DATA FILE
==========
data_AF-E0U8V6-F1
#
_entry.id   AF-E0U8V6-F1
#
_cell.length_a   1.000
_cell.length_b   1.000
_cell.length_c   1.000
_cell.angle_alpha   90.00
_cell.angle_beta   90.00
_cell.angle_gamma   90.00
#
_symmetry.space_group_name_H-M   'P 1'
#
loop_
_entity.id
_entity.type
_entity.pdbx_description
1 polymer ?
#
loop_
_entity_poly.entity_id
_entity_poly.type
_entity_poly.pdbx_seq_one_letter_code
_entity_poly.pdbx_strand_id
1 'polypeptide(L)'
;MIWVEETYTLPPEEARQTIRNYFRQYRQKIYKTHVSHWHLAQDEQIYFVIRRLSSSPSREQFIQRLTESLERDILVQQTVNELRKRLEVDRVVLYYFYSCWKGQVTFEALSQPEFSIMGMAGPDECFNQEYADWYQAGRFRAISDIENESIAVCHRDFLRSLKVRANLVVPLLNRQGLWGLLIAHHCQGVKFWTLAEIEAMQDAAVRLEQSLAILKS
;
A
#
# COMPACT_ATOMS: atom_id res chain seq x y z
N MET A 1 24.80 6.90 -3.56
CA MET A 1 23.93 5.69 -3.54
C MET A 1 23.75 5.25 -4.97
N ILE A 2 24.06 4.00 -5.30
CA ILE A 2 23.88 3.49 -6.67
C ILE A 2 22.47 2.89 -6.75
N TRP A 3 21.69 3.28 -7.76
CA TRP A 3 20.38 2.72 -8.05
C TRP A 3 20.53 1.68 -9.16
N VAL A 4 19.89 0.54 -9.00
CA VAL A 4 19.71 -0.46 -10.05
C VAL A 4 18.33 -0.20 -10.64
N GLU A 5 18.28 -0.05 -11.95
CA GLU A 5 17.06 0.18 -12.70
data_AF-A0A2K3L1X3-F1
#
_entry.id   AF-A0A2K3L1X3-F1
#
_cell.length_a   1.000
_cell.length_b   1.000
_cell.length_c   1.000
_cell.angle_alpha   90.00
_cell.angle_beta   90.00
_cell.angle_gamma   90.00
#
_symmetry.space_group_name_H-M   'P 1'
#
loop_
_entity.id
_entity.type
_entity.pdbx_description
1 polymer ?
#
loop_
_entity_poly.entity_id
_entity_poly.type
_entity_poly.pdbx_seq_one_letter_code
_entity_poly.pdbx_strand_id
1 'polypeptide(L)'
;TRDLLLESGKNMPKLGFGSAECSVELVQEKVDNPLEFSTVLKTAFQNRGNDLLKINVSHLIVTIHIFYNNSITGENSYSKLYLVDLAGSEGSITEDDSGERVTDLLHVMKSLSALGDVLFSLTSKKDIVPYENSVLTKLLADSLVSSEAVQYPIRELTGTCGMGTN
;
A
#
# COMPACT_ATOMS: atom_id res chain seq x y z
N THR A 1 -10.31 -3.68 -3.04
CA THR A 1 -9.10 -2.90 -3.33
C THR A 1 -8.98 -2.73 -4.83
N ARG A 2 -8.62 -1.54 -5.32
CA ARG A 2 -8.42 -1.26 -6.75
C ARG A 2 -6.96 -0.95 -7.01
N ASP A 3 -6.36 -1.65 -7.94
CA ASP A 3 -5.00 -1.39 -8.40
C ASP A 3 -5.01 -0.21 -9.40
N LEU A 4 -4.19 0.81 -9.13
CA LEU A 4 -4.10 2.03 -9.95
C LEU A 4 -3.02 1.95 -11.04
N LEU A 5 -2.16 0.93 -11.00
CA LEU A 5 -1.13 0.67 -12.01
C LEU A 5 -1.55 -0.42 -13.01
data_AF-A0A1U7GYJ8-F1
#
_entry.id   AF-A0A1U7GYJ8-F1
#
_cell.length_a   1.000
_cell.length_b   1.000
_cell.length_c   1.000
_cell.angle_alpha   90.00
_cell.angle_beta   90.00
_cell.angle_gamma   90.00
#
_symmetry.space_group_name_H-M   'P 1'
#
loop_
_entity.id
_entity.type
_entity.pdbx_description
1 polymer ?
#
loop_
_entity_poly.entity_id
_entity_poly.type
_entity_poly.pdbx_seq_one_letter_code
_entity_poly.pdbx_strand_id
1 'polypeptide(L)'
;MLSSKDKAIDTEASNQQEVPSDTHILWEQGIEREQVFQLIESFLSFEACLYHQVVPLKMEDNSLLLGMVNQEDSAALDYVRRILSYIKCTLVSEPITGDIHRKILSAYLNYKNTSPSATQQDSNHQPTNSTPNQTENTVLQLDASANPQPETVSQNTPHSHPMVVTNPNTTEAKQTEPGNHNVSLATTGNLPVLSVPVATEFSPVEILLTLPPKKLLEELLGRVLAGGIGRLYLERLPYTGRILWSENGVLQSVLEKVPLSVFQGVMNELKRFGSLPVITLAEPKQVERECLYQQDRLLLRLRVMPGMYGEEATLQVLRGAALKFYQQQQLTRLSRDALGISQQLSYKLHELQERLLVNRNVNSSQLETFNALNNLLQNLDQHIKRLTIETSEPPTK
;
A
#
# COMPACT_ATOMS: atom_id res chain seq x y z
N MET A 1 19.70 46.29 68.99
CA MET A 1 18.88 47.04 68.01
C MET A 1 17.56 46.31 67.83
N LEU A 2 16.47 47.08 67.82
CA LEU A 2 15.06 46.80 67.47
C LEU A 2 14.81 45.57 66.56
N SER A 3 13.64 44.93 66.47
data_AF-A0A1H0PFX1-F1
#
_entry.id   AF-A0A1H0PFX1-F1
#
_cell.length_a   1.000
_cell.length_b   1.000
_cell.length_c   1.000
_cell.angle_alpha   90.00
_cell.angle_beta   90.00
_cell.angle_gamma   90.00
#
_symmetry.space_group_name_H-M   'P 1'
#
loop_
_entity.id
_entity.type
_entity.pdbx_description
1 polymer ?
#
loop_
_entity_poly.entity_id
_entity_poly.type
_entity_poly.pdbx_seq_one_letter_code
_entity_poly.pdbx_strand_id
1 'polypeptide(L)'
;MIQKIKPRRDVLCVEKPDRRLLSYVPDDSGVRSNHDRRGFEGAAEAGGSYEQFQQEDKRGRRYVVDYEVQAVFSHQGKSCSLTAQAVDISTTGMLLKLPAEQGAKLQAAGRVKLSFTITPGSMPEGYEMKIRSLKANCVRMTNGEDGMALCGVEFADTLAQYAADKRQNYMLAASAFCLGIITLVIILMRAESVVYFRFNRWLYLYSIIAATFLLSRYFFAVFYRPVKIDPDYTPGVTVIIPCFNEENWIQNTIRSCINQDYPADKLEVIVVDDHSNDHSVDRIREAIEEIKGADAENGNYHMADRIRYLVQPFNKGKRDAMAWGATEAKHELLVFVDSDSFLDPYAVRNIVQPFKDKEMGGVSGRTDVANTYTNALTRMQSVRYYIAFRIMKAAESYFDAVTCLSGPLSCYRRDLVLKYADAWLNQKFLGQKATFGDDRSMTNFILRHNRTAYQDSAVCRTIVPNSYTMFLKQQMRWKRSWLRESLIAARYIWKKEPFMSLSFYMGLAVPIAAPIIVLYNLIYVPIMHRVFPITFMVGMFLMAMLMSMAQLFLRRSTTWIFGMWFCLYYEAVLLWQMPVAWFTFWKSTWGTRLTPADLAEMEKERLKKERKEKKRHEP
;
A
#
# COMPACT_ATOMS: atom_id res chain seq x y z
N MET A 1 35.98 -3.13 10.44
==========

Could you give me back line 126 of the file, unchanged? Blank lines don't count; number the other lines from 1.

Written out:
N SER A 3 13.64 44.93 66.47